That’s why I’ve always been happy enough with a Wikipedia stub. Soon as you get past the minimal, errors and approximations set in.

All of reality is a work in progress. Especially the tiny corner of the universe that supports life. We need to remember that the Net is still new, the Web is even newer. That both have profound effects on life is undeniable. But it’s a few seconds after the Big Bang and all we have a few light elements, a lot of heat, and no galaxies. The best we can do, as Kurt Vonnegut taught, is just to be kind to each other.

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5 Responses to Life in the vast lane

  1. Mike Warot says:

    Your mention of Kurt Vonnegut trigged one of the oddest things I worry about…. There’s a real live person named John Figler, who wrote to Kurt Vonnegut when he was alive, and summarized his work in the sentence:

    “Love may fail, but courtesy will prevail.”

    Because of the way books work… some people assumed that Vonnegut invented the writer of the letter… but in fact he’s a real person.

    It’s odd, but I worry about it…

  2. jr says:

    I sometimes wonder why there is even a delete button on wikipedia. It’s not like it has to be pruned down to fit in some dead tree edition some where. All that wikipedia should be concerned with is the information provided should be accurate. Giving the thumbs up or thumbs down is so last century.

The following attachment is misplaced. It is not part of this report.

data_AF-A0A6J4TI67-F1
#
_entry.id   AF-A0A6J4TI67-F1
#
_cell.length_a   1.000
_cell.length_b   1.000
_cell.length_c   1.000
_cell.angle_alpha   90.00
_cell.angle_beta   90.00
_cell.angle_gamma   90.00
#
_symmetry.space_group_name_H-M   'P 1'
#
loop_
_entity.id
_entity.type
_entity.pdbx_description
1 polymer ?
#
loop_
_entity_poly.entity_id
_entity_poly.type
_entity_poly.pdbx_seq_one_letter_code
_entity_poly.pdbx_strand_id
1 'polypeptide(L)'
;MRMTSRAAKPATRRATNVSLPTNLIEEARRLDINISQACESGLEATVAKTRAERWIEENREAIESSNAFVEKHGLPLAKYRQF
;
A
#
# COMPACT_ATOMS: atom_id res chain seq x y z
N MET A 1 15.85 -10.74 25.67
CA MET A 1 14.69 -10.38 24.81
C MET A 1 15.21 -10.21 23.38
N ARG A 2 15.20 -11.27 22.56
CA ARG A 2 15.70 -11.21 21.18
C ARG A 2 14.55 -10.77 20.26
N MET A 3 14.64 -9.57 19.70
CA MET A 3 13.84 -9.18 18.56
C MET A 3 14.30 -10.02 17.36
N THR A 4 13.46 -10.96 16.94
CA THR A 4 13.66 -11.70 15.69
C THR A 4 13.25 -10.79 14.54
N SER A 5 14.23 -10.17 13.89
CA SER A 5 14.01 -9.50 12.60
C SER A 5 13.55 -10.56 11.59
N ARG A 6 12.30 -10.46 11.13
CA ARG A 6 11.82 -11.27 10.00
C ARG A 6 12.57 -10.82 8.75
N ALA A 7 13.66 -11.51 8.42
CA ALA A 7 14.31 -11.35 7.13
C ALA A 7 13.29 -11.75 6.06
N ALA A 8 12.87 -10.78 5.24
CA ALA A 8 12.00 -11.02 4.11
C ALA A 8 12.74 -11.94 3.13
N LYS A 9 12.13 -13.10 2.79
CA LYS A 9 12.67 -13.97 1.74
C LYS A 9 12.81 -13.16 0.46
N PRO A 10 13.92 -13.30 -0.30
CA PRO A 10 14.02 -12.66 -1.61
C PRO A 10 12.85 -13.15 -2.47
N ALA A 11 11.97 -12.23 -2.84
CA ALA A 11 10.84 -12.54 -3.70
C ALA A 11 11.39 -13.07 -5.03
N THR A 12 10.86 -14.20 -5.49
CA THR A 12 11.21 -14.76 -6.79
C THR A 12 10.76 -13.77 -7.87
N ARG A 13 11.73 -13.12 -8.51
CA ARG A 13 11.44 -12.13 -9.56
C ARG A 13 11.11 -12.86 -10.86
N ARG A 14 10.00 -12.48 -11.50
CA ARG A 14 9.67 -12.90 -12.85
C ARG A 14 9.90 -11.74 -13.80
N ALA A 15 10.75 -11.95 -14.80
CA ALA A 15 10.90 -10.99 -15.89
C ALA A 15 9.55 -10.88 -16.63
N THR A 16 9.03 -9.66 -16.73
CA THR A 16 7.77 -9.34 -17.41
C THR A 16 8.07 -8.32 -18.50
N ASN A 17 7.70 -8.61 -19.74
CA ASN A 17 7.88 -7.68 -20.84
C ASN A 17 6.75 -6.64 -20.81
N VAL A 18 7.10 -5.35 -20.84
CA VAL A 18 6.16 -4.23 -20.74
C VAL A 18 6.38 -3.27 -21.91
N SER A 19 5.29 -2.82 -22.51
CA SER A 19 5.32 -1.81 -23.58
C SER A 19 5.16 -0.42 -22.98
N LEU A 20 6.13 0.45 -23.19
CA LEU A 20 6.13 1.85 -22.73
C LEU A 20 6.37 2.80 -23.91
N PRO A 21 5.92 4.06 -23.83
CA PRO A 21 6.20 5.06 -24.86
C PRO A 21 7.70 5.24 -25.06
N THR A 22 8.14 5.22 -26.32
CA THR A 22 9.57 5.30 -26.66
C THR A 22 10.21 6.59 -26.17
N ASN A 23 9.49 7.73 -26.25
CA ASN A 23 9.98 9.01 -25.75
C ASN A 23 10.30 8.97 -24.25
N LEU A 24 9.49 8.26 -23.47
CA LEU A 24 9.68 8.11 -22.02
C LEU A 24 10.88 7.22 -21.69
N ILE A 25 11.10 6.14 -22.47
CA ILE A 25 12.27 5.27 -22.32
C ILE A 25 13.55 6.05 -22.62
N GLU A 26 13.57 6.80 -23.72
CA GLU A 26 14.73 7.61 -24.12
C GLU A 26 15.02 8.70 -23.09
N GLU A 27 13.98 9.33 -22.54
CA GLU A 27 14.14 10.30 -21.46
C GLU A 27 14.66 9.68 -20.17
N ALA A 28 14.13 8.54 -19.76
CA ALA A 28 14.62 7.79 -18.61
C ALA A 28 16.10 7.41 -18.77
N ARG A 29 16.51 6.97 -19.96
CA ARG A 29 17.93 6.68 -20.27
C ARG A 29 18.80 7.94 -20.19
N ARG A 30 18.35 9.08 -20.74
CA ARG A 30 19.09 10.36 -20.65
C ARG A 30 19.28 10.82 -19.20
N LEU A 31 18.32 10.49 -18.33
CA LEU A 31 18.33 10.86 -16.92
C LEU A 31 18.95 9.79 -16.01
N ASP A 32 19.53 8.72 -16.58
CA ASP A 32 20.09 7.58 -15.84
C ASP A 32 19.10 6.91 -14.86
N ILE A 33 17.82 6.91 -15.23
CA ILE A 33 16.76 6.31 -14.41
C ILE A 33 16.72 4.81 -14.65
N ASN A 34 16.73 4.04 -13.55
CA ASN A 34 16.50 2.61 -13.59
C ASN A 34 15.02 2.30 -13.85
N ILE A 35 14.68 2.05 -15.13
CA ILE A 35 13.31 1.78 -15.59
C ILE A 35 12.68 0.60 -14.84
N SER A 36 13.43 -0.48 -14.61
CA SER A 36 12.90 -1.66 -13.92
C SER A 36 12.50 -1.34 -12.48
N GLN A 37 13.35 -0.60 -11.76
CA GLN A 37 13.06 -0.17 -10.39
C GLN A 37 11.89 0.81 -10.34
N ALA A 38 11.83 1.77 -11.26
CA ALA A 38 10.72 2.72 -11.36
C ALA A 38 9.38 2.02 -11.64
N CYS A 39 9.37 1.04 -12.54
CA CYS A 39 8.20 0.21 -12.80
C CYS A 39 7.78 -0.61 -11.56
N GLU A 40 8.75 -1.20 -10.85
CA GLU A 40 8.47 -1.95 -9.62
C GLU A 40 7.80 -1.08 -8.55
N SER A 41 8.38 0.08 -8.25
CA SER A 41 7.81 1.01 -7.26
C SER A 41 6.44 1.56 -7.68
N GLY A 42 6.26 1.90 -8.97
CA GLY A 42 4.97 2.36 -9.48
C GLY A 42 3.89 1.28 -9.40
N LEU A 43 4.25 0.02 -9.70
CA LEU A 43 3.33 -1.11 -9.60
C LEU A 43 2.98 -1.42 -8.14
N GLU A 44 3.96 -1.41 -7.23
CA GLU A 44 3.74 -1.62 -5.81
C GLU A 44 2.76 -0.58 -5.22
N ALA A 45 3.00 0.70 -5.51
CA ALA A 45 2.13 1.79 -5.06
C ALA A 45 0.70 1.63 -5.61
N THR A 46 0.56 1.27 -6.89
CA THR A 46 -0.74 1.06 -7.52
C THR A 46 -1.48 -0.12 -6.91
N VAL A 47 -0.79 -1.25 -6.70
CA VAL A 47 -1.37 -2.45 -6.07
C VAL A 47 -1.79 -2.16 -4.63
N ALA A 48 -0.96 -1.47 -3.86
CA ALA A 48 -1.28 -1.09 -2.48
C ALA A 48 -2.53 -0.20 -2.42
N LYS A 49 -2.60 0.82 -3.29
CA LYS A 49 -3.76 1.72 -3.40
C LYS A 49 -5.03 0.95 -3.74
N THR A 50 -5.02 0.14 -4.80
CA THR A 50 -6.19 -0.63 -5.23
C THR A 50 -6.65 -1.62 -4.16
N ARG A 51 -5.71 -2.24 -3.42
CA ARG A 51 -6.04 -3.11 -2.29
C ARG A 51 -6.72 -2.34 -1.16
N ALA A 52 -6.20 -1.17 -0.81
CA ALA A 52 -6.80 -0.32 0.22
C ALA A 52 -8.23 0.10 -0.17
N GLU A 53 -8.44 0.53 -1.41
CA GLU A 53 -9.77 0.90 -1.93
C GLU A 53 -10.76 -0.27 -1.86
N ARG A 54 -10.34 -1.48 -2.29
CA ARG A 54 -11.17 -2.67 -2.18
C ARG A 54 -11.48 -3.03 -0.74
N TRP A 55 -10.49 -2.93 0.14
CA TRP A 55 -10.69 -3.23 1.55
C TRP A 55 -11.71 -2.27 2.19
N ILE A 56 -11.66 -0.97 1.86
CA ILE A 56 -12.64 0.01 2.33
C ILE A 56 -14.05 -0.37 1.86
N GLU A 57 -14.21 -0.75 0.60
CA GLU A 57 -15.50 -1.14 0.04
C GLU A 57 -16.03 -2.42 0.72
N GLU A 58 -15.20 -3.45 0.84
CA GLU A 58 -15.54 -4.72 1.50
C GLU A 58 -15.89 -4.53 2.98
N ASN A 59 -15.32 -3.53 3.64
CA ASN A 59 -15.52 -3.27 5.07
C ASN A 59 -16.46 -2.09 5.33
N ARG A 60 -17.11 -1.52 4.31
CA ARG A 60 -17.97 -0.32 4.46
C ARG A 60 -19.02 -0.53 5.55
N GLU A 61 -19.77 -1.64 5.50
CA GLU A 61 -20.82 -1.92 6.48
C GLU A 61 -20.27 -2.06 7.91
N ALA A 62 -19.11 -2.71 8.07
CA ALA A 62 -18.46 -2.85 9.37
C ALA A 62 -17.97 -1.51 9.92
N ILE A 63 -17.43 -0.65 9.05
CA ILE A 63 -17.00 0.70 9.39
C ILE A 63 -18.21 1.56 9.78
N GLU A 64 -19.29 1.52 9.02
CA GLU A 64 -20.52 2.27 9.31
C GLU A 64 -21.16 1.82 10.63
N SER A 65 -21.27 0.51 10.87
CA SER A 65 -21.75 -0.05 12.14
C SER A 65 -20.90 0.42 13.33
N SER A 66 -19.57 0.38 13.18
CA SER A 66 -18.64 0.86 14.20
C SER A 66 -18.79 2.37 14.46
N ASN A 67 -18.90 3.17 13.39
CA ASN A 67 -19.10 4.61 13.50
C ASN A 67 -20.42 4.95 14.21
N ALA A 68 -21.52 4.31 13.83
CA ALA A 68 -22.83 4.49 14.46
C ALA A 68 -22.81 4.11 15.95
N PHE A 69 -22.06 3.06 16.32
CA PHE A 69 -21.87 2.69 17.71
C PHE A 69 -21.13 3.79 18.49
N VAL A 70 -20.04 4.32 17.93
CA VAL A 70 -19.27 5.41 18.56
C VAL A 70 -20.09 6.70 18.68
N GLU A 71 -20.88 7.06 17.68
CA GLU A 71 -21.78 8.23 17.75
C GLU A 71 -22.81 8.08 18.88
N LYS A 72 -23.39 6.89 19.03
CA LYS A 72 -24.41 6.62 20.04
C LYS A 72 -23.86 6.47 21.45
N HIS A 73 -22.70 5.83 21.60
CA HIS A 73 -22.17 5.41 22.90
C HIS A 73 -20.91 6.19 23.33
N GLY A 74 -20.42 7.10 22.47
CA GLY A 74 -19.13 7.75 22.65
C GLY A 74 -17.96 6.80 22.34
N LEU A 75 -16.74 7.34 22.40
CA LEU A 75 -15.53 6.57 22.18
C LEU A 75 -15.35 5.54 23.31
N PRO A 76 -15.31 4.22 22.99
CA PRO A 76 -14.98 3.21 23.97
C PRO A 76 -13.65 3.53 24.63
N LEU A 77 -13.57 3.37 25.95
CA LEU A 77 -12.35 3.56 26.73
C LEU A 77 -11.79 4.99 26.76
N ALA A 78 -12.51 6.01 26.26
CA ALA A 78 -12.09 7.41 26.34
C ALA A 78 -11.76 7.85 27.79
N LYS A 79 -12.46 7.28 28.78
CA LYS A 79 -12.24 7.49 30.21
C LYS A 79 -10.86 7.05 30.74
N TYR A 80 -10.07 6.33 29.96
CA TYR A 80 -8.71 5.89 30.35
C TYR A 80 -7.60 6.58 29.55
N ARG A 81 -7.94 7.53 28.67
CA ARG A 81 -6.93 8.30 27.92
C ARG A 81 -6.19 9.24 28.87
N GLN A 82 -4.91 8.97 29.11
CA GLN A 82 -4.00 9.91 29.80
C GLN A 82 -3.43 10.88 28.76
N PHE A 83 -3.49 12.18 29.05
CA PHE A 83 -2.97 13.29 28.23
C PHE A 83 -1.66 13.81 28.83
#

3. Don Marti says:

    If the deletionists were right, there would be some infrequently-used articles suffering wiki rot — getting out of date or full of crap. If there’s no wiki rot, why delete?

    Or is Wikipedia deletionist just the subtle, evolved form of Internet Troll?

  4. Kathy Sierra says:

    Being a “living person” with a wikipedia entry is not a good thing. Wikipedia has an excellent policy on “biography of living persons”, that includes issues like protecting the dignity of the person, respecting their privacy, and not having tabloid-style info… but there’s no good mechanism for ensuring the policy is even known to editors let alone read and followed.

    In my opinion, the best thing that could happen to a living, non-celebrity bio is deletion. Or for Wikipedia to put far tighter controls on who is allowed to edit a living person bio… that would help. I’ve met a whole lot of people lately who have had some pretty awful things done to their Wikipedia bios, none of which would appear to most of us as obvious vandalism.

    One big problem is that people reading/discovering Wikipedia entries often take them far more seriously than the editors (i.e. “the crowds”) do. It’s not that I don’t trust “the crowd”, but “the crowd” has far better things to do than stay on top of one tech blogger’s bio.

    That said, if you end up being deemed Not Notable Enough and yet my page remains, something has gone ridiculously wrong with the system. My page was originally added (by Rogers Cadenhead, in a well-meaning attempt to “get more women in Wikipedia”) because of my Java books, which all combined have had a fraction of the impact of Cluetrain, your work on VRM, etc. Makes no sense.